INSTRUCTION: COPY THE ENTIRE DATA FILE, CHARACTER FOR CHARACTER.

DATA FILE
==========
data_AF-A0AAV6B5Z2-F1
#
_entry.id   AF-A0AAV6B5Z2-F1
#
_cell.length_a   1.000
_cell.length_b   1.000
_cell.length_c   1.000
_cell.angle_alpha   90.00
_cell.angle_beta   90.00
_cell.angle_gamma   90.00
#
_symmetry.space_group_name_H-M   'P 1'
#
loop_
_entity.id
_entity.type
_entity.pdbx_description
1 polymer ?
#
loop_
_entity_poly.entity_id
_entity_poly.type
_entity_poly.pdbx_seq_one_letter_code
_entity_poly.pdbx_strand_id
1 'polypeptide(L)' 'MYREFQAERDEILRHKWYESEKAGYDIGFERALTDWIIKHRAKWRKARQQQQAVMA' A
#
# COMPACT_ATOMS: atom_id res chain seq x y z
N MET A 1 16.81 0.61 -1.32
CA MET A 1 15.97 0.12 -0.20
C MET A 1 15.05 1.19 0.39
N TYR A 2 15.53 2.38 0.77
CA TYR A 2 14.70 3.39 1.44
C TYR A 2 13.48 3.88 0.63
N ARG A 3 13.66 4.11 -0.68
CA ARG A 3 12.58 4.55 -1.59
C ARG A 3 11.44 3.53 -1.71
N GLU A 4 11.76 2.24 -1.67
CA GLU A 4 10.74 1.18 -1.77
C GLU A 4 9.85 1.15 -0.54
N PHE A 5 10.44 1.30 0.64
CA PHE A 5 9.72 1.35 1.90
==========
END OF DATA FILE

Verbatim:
data_AF-A0AAV6B5Z2-F1
#
_entry.id   AF-A0AAV6B5Z2-F1
#
_cell.length_a   1.000
_cell.length_b   1.000
_cell.length_c   1.000
_cell.angle_alpha   90.00
_cell.angle_beta   90.00
_cell.angle_gamma   90.00
#
_symmetry.space_group_name_H-M   'P 1'
#
loop_
_entity.id
_entity.type
_entity.pdbx_description
1 polymer ?
#
loop_
_entity_poly.entity_id
_entity_poly.type
_entity_poly.pdbx_seq_one_letter_code
_entity_poly.pdbx_strand_id
1 'polypeptide(L)' 'MYREFQAERDEILRHKWYESEKAGYDIGFERALTDWIIKHRAKWRKARQQQQAVMA' A
#
# COMPACT_ATOMS: atom_id res chain seq x y z
N MET A 1 16.81 0.61 -1.32
CA MET A 1 15.97 0.12 -0.20
C MET A 1 15.05 1.19 0.39
N TYR A 2 15.53 2.38 0.77
CA TYR A 2 14.70 3.39 1.44
C TYR A 2 13.48 3.88 0.63
N ARG A 3 13.66 4.11 -0.68
CA ARG A 3 12.58 4.55 -1.59
C ARG A 3 11.44 3.53 -1.71
N GLU A 4 11.76 2.24 -1.67
CA GLU A 4 10.74 1.18 -1.77
C GLU A 4 9.85 1.15 -0.54
N PHE A 5 10.44 1.30 0.64
CA PHE A 5 9.72 1.35 1.90